OPINION: The recent high-profile Mycoplasma bovis announcement from the Government in Hamilton featured Prime Minister Jacinda Ardern and Agriculture Minister Damien O'Connor.
It has delivered on that with interest.
The sector has come together like never before, from workers on farms, in orchards and processing plants – not to mention the marketers and managers who have got our product to market on time and at good prices.
However, it’s come at a price: people in rural NZ are fatigued and are having to cope with the additional burden of a bundle of stressful compliance.
The Government has set about reforming the health system, but 750,000 rural people (or about a 6th of the population) have been left out in the cold – when they already get a second-rate health service. It takes more than a year in some cases to see a specialist, long distances to drive to see a GP, if there is one, an almost non-existent mental health service and a grossly overworked and underpaid health work-force.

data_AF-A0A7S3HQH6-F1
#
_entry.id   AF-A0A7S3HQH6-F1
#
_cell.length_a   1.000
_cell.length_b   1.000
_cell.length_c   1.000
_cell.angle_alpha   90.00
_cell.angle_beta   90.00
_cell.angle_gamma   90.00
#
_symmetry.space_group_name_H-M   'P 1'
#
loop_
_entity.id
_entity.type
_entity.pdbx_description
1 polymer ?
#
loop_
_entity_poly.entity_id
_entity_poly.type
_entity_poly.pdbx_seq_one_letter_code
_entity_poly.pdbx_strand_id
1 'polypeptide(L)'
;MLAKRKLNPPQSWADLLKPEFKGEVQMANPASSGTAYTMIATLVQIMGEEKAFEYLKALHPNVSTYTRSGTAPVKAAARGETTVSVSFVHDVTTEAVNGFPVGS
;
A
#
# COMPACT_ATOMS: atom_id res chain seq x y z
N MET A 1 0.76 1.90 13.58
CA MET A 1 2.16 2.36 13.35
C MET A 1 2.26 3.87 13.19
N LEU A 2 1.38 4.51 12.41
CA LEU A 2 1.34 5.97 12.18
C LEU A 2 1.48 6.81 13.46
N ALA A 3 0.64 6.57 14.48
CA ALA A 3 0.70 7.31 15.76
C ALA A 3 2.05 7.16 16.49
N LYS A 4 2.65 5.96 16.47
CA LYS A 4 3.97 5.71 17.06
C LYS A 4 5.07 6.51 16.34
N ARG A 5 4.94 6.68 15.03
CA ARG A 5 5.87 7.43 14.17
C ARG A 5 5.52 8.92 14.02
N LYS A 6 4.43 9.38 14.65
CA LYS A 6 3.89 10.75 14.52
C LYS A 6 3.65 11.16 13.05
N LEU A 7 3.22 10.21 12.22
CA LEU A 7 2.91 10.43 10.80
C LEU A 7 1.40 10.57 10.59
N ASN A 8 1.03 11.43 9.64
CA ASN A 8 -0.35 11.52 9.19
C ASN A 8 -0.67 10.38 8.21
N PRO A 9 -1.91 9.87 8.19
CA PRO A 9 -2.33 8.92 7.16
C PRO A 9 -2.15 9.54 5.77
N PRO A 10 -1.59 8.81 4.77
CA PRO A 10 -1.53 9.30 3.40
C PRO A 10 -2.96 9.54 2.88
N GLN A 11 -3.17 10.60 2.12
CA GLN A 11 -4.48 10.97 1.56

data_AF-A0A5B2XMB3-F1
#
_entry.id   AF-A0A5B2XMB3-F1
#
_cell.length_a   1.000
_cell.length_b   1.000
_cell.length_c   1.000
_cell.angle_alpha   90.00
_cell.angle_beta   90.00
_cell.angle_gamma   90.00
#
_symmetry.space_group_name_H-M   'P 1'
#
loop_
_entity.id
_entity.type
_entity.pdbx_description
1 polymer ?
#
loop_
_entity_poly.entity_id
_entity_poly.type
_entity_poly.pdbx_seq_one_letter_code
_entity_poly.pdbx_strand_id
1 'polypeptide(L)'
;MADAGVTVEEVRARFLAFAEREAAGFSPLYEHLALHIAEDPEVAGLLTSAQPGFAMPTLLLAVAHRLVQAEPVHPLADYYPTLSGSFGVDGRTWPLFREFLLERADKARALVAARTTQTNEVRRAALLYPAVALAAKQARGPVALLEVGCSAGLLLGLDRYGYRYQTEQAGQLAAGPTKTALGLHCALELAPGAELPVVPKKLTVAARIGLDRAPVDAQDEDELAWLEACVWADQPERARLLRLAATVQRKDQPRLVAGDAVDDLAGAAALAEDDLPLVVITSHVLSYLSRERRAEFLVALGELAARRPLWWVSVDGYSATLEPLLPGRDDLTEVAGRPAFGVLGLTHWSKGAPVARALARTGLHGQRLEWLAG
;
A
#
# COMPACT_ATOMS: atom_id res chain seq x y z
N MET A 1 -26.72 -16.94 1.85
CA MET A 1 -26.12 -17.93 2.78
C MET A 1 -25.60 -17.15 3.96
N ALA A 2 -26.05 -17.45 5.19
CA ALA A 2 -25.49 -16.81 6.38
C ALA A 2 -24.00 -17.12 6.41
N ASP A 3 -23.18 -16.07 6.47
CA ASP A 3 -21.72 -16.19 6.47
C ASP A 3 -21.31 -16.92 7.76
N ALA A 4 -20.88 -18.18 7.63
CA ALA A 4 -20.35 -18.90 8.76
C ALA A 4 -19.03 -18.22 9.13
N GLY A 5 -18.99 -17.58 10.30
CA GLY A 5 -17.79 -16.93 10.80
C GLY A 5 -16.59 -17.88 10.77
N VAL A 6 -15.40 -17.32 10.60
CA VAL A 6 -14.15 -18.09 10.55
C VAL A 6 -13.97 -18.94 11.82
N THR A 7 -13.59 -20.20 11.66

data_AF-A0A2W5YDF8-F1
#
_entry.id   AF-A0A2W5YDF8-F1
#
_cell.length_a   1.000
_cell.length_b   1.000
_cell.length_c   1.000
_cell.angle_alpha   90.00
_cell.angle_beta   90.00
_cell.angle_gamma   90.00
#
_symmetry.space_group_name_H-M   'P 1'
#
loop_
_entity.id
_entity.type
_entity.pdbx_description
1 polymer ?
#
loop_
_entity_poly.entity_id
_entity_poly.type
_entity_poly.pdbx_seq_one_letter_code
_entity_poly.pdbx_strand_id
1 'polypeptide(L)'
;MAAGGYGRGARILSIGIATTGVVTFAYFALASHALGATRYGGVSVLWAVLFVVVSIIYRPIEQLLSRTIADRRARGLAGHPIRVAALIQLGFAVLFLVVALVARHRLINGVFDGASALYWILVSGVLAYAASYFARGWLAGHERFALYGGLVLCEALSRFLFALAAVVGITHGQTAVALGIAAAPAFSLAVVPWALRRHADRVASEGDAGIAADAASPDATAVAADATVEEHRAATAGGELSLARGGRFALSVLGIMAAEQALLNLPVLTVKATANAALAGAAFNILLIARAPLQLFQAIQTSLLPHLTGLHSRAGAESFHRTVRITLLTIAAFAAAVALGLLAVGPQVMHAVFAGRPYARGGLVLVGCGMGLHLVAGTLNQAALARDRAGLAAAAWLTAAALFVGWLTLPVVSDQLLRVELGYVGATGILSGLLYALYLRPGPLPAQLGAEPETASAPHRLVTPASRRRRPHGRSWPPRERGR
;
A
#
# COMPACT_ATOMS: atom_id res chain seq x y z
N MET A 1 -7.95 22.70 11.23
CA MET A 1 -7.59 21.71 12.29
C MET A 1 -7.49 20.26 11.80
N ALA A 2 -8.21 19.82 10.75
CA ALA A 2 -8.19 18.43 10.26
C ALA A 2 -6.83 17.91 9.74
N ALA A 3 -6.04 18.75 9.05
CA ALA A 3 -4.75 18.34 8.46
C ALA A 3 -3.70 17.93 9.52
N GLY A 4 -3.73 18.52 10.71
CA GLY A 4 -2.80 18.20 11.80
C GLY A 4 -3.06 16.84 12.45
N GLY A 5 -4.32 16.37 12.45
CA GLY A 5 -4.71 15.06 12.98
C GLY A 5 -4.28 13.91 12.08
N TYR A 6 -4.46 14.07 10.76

As one GP explained, “Mental health is a low priority because they are too busy dealing with urgent medical issues”. Other doctors have said they are leaving because of the clumsy and inept bureaucracy, while others have talked about huge mental health issues in rural communities.
The Rural General Practice Network is rightly outraged at the failure of Health Minister Andrew Little to legally prioritise rural health in the new Pae Ora Health Futures Bill. Yes, under the bill there is a legal requirement to produce special strategies to deal with Maori, Pacifica, people with disabilities and women – but not for rural. It seems rural is being left to fend for itself and once again left out in the wilderness.
National’s Dr Shane Reti, who has worked as a rural GP, is right when he says the distribution of health services must be based on need – not on ideology, which he accuses the Government of doing.
The chance to improve and prioritise rural health services is now all but gone.
Rural people and their health providers have seemingly been condemned to receiving poorer health services and outcomes than their urban counterparts.